Van Kleef Aquarium



The Van Kleef Aquarium was Singapore’s first public aquarium. Located at the foot of Fort Canning Hill, the aquarium was opened in 1955. It was a prominent landmark and a popular place of interest for Singaporeans and tourists alike. The aquarium underwent a series of revamps and was closed for good in 1996 with the building structure demolished in 1998.1

Background
The Van Kleef Aquarium took its name from a Dutch businessman, Karl Willem Benjamin van Kleef, who lived in Singapore from the late 19th to the early 20th century. Van Kleef was a broker, commission agent and a certified expert in mine drilling. When he died in 1930, he bequeathed the net proceeds of his estates, valued at around $160,000, to the municipal government for the “embellishment of the town”.2


The municipal government formed a committee to look into the use of Van Kleef’s bequest and solicited suggestions from the public.3 Suggestions received included using the funds for enhancing Empress Place, establishing clock towers, a road circus with statues and fountains, and ornamental drinking fountains.4

The proposal for a public aquarium was also among the suggestions that were received. As early as 1922, the Natural History Society of Singapore had proposed the idea of establishing an aquarium in Singapore as it was believed to have significant scientific, educational and commercial value. In addition, it was thought that Singapore had a natural advantage in the establishment of an aquarium because of its proximity to the seas and rivers.5

In 1935, the municipal commissioners finally decided on a public aquarium to be built on a site near Bras Basah Road.6 However, there were ensuing disagreements over the proposed site. The location of the aquarium was only finalised in November 1935 when the municipal committee accepted a site on the western slopes of Fort Canning Hill between Tank Road and River Valley Road.7 The aquarium was to be a main feature of the proposed Fort Canning Park, which would include formal gardens as well as a museum and library.8

The project was further delayed by doubts over whether the revenue received from the admission fees would be sufficient to cover the running cost of the aquarium. This issue was only resolved when the government amended the Municipal Ordinance to allow for the use of the municipal fund to meet the recurring cost of upkeep.9 Construction of the aquarium begun in 1940 but was derailed by the Japanese Occupation (1942–1945) and the subsequent post-war reconstruction works.10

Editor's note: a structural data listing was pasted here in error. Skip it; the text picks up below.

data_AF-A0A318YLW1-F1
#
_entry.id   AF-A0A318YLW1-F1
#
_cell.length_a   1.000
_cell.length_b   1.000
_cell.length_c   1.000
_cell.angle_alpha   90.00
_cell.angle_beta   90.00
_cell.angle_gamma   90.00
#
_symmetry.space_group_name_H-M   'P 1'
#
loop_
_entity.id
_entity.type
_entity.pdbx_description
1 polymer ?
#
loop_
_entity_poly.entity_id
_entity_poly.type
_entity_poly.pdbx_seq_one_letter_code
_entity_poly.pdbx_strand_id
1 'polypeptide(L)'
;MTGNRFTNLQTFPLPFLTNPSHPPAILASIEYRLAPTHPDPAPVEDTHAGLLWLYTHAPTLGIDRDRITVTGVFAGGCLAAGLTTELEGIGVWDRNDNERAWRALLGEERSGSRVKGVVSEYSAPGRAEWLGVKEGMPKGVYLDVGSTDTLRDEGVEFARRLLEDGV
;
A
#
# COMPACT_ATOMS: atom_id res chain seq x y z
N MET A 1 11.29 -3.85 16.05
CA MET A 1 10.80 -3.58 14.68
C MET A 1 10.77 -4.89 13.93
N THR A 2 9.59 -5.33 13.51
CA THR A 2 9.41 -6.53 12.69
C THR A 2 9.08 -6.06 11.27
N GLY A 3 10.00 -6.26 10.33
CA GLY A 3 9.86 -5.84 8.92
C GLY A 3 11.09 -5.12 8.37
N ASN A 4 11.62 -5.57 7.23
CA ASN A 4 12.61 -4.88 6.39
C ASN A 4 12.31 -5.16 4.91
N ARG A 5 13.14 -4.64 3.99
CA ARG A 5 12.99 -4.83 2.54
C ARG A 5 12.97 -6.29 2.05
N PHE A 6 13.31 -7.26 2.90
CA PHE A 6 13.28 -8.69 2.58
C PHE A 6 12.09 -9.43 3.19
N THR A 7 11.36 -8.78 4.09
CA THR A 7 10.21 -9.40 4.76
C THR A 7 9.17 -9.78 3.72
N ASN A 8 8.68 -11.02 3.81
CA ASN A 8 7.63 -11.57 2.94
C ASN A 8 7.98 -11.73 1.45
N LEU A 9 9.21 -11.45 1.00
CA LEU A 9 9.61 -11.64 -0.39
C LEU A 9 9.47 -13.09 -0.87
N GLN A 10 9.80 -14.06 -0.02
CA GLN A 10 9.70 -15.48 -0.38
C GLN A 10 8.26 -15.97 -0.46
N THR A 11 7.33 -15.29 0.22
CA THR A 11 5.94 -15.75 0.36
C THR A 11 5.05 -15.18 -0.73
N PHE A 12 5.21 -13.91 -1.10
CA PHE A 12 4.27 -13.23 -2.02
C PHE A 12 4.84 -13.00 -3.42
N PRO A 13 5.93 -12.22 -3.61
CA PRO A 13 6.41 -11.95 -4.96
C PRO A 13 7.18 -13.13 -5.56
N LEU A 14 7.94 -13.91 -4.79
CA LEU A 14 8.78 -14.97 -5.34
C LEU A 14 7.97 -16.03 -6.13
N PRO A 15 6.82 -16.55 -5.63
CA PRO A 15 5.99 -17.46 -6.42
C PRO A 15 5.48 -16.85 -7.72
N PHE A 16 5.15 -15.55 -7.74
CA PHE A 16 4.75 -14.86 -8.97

Work on the aquarium only restarted in 1953. By this time, the estimated cost for the construction of the aquarium had gone up to $470,000. Fortunately, Van Kleef’s bequest had grown in value to $375,000 and the city council agreed to provide the additional $100,000 needed.11
 
Due to a series of setbacks, it would be some time before the aquarium was officially opened. On 11 November 1954, The Straits Times reported that the fish tanks in the aquarium were almost empty as many fishes had died.12 The next day, the newspaper reported that there was no water in the tanks. The aquarium’s 70,000 tonnes of imported seawater had to be thrown away because of pollution caused by the turtles in the tanks.13


It was later discovered that all the salt-water fishes had died because of contamination caused by the noxious gas emitted by the coral displays in the tanks.14 The aquarium’s opening was also delayed by other incidents such as a strike by city council workers.15

Opening
The Van Kleef Aquarium officially opened on 8 September 1955. It was fully air-conditioned, had its own water supply, and housed nearly 6,500 fishes of more than 180 varieties. One of the special features of the aquarium was a swamp tank that held mudskippers, which were found in the Southeast Asian region. Admission to the aquarium was 30 cents for adults and 20 cents for children.16